Growing number of universities in Africa ranked for SDGsImpact Rankings. This represents a 40% increase in the number of universities included in the rankings compared to the second edition that featured only 50 African universities.
Launched in 2019, the Impact Rankings are the first global attempt to measure university progress towards the 17 SDGs, providing a total of 18 rankings, one for each SDG as well as an overall table.
The rankings assess university commitment to sustainability at an institutional, local, national, regional and global level, from carbon neutral campuses to global partnerships responding to the COVID-19 pandemic at a multinational level.
The 11 African countries – which represents 20% or a fifth of the 55 African countries – included Egypt, with 32 universities listed for their progress on SDGs, Morocco with seven, Algeria, Tunisia and South Africa with six universities each, Nigeria with five, Ghana with three, Kenya with two and Sudan, Tanzania and Gambia with one university each.
Leading on SDGs
South Africa’s University of Johannesburg has been placed in the top 100 list in six SDGs. It is the best in the world for SDG 8 (Decent work and economic growth), fourth for SDG 1 (No poverty), 24th for SDG 4 (Quality education), 43th for SDG 5 (Gender equality), 60th for SDG 10 (Reduced inequalities), and 79th for SDG 12 (Responsible consumption and production).
Egypt’s Aswan University has been ranked as eighth globally for SDG 2 (Zero hunger), 31st for SDG 11 (Sustainable cities and communities) and 33rd for SDG 17 (Partnerships for the goals).
Ibn Tofail University in Morocco was ranked ninth in the world for SDG 7 (Affordable and clean energy) and 25th for SDG 6 (Clean water and sanitation).
Other institutions featured include Egypt’s Kafrelsheikh University ranked 39th for SDG 13 (Climate action), South Africa’s Nelson Mandela University ranked 40th for SDG 14 (Life below water) and the University of Pretoria ranked 76th for SDG 15 (Life on land).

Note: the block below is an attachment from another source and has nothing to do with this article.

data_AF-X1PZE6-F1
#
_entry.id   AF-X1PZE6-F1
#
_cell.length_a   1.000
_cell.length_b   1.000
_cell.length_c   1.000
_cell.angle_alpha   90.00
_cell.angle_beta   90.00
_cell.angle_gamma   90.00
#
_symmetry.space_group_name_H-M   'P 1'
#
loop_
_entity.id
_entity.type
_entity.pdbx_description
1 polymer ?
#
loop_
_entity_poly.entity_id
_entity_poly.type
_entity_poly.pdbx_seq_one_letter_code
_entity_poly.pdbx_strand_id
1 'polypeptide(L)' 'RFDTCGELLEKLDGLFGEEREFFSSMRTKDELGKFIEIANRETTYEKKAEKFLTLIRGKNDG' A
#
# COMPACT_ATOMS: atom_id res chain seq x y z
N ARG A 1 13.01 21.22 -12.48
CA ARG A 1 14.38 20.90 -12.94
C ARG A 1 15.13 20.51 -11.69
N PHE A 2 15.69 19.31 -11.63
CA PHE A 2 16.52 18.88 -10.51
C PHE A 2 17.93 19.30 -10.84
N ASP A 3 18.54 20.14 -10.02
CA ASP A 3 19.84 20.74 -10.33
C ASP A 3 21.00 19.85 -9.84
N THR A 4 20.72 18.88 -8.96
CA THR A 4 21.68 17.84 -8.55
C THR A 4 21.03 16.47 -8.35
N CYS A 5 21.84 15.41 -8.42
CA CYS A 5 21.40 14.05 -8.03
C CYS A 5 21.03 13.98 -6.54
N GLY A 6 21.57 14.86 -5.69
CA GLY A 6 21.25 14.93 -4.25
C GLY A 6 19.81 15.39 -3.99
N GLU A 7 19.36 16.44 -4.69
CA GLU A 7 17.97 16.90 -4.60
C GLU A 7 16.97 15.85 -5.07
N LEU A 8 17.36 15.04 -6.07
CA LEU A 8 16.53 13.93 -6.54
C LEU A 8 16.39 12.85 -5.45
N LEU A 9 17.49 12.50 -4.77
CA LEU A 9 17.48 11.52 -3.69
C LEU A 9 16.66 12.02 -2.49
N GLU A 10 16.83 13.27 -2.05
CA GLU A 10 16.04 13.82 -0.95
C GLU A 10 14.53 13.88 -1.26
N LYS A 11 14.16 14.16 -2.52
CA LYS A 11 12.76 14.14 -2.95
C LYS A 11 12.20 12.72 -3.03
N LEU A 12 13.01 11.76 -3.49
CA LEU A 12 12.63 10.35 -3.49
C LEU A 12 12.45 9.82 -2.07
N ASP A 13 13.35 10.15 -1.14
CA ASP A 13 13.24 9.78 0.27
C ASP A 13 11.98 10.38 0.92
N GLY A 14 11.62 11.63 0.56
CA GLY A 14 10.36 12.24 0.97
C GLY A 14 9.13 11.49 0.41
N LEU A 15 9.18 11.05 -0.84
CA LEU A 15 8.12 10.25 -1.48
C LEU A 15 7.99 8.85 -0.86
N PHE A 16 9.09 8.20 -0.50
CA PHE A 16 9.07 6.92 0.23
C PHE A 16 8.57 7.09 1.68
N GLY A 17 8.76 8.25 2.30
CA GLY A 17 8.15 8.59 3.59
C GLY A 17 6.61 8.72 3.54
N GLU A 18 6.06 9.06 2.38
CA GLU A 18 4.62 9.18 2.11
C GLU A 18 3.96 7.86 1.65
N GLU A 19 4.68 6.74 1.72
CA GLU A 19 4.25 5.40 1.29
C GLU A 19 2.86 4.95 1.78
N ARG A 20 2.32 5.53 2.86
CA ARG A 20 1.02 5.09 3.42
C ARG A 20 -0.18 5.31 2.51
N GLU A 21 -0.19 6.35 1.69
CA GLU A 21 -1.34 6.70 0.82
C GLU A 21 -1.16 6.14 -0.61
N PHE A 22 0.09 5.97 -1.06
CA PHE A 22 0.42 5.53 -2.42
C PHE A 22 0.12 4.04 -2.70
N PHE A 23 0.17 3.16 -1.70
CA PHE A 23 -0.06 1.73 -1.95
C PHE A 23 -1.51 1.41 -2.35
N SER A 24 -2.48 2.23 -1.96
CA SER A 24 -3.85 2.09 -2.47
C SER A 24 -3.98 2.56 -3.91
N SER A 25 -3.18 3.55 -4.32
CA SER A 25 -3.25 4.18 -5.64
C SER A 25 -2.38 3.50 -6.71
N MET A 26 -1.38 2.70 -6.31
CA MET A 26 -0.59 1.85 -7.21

Top 500 universities
Overall, South Africa’s University of Johannesburg has been ranked 92nd in the world, followed by Egypt’s Aswan University at 95th position – the only two African universities on the global top 100 list.
Two other African universities, Morocco’s Ibn Tofaïl University, and South Africa’s University of Cape Town, have been included in the 101-200 band of the global rankings.
Several other institutions have been placed in the 201-300 band of ranked institutions, including Cairo University, Egypt, the University of Ghana and University of Pretoria, South Africa.
In the 301-400 band of ranked institutions, several institutions have been featured: Ashesi University in Ghana, the International University of Rabat in Morocco, South Africa’s Nelson Mandela University, and Tunisia’s University of Tunis El Manar, along with two universities in Egypt, namely Alexandria University and Kafrelsheikh University.
Public vs private universities
Magdi Tawfik Abdelhamid, professor of agricultural biotechnology at Cairo’s National Research Centre in Egypt, welcomed the progress made by African universities in supporting sustainable development.
“Since most of the highest-ranked African universities in the global impact rankings are classified as public universities, this delivers a strong message to policy-makers that public universities are still the main tool for developing scientific human resources and building knowledge economy, which necessitate enhancing governmental financial support for it,” Abdelhamid told University World News.
“Universities must not only rush for activities and initiatives that advance the SDGs for the sake of getting ranked highly, but should also work on areas such as basic research and soft-skills development,” said Abdelhamid.
African universities SDGs hub
Professor Juma Shabani, the director of the doctoral school at the University of Burundi and the former director of development, coordination and monitoring of UNESCO programmes with a special focus on Africa, told University World News that, despite the 40% increase in the number of African countries on the list, African universities represent only 6% of the overall rankings from 1,115 ranked institutions.
“This low representation of African universities in the Impact Rankings should be addressed by adapting educational programmes, training, research projects and community engagement initiatives towards the UN’s SDGs,” Shabani added.
“Also, leading SDG-orientated African universities that shone in the global impact rankings should join forces to form an African universities SDGs hub to promote the transfer of SDGs best practices and knowledge, as well as actions and initiatives responding to the 2030 Development Agenda … across the African continent as well as to enhance cooperation in higher education and research for sustainable development,” Shabani suggested.